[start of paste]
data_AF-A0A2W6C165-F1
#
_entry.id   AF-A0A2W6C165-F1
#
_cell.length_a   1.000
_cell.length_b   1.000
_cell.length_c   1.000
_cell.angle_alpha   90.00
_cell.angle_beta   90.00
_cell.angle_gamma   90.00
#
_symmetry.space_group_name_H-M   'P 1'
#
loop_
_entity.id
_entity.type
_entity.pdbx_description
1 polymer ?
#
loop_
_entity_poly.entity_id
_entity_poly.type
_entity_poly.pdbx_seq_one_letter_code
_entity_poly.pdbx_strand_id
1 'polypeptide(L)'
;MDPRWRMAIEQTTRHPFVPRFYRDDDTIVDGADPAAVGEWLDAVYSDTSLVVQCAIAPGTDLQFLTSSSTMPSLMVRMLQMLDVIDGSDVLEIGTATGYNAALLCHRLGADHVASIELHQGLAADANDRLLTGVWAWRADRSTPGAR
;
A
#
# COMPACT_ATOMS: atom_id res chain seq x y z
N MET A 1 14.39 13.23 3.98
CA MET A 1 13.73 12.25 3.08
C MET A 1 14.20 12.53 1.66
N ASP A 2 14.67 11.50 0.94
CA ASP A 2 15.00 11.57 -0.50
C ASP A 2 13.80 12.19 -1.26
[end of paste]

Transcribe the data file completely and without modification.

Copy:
data_AF-A0A2W6C165-F1
#
_entry.id   AF-A0A2W6C165-F1
#
_cell.length_a   1.000
_cell.length_b   1.000
_cell.length_c   1.000
_cell.angle_alpha   90.00
_cell.angle_beta   90.00
_cell.angle_gamma   90.00
#
_symmetry.space_group_name_H-M   'P 1'
#
loop_
_entity.id
_entity.type
_entity.pdbx_description
1 polymer ?
#
loop_
_entity_poly.entity_id
_entity_poly.type
_entity_poly.pdbx_seq_one_letter_code
_entity_poly.pdbx_strand_id
1 'polypeptide(L)'
;MDPRWRMAIEQTTRHPFVPRFYRDDDTIVDGADPAAVGEWLDAVYSDTSLVVQCAIAPGTDLQFLTSSSTMPSLMVRMLQMLDVIDGSDVLEIGTATGYNAALLCHRLGADHVASIELHQGLAADANDRLLTGVWAWRADRSTPGAR
;
A
#
# COMPACT_ATOMS: atom_id res chain seq x y z
N MET A 1 14.39 13.23 3.98
CA MET A 1 13.73 12.25 3.08
C MET A 1 14.20 12.53 1.66
N ASP A 2 14.67 11.50 0.94
CA ASP A 2 15.00 11.57 -0.50
C ASP A 2 13.80 12.19 -1.26